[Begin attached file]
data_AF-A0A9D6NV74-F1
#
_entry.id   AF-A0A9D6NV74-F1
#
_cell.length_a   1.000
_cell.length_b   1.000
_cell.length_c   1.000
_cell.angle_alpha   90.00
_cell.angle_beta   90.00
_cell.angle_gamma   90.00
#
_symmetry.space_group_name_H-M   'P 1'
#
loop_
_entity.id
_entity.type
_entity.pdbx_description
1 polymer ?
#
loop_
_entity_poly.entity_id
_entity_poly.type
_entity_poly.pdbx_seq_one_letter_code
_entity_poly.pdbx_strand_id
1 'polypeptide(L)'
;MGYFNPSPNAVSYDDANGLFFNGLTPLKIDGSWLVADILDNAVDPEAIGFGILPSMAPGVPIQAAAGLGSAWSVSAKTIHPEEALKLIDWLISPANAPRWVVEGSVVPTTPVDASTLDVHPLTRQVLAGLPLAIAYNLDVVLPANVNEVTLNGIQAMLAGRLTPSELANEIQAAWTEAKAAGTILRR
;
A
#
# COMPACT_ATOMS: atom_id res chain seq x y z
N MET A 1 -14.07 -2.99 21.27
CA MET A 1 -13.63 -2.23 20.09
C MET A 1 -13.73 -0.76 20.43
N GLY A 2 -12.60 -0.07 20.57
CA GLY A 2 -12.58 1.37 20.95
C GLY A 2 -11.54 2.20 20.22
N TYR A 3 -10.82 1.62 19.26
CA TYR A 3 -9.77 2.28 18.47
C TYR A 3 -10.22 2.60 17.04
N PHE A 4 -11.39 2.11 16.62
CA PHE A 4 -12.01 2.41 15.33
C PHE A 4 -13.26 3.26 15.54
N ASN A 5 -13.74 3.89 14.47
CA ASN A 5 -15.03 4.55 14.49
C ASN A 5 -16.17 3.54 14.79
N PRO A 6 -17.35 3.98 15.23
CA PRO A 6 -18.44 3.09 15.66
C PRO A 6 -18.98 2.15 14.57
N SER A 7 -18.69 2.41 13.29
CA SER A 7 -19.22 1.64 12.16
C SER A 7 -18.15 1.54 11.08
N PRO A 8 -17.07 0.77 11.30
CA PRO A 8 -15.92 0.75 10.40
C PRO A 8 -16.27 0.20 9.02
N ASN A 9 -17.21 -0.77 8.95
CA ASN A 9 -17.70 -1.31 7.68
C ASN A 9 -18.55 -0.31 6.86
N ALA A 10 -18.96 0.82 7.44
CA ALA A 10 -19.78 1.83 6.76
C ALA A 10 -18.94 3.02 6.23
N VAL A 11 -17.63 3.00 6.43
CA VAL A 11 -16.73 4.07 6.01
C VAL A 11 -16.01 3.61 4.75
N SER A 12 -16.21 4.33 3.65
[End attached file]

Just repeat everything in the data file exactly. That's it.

data_AF-A0A9D6NV74-F1
#
_entry.id   AF-A0A9D6NV74-F1
#
_cell.length_a   1.000
_cell.length_b   1.000
_cell.length_c   1.000
_cell.angle_alpha   90.00
_cell.angle_beta   90.00
_cell.angle_gamma   90.00
#
_symmetry.space_group_name_H-M   'P 1'
#
loop_
_entity.id
_entity.type
_entity.pdbx_description
1 polymer ?
#
loop_
_entity_poly.entity_id
_entity_poly.type
_entity_poly.pdbx_seq_one_letter_code
_entity_poly.pdbx_strand_id
1 'polypeptide(L)'
;MGYFNPSPNAVSYDDANGLFFNGLTPLKIDGSWLVADILDNAVDPEAIGFGILPSMAPGVPIQAAAGLGSAWSVSAKTIHPEEALKLIDWLISPANAPRWVVEGSVVPTTPVDASTLDVHPLTRQVLAGLPLAIAYNLDVVLPANVNEVTLNGIQAMLAGRLTPSELANEIQAAWTEAKAAGTILRR
;
A
#
# COMPACT_ATOMS: atom_id res chain seq x y z
N MET A 1 -14.07 -2.99 21.27
CA MET A 1 -13.63 -2.23 20.09
C MET A 1 -13.73 -0.76 20.43
N GLY A 2 -12.60 -0.07 20.57
CA GLY A 2 -12.58 1.37 20.95
C GLY A 2 -11.54 2.20 20.22
N TYR A 3 -10.82 1.62 19.26
CA TYR A 3 -9.77 2.28 18.47
C TYR A 3 -10.22 2.60 17.04
N PHE A 4 -11.39 2.11 16.62
CA PHE A 4 -12.01 2.41 15.33
C PHE A 4 -13.26 3.26 15.54
N ASN A 5 -13.74 3.89 14.47
CA ASN A 5 -15.03 4.55 14.49
C ASN A 5 -16.17 3.54 14.79
N PRO A 6 -17.35 3.98 15.23
CA PRO A 6 -18.44 3.09 15.66
C PRO A 6 -18.98 2.15 14.57
N SER A 7 -18.69 2.41 13.29
CA SER A 7 -19.22 1.64 12.16
C SER A 7 -18.15 1.54 11.08
N PRO A 8 -17.07 0.77 11.30
CA PRO A 8 -15.92 0.75 10.40
C PRO A 8 -16.27 0.20 9.02
N ASN A 9 -17.21 -0.77 8.95
CA ASN A 9 -17.70 -1.31 7.68
C ASN A 9 -18.55 -0.31 6.86
N ALA A 10 -18.96 0.82 7.44
CA ALA A 10 -19.78 1.83 6.76
C ALA A 10 -18.94 3.02 6.23
N VAL A 11 -17.63 3.00 6.43
CA VAL A 11 -16.73 4.07 6.01
C VAL A 11 -16.01 3.61 4.75
N SER A 12 -16.21 4.33 3.65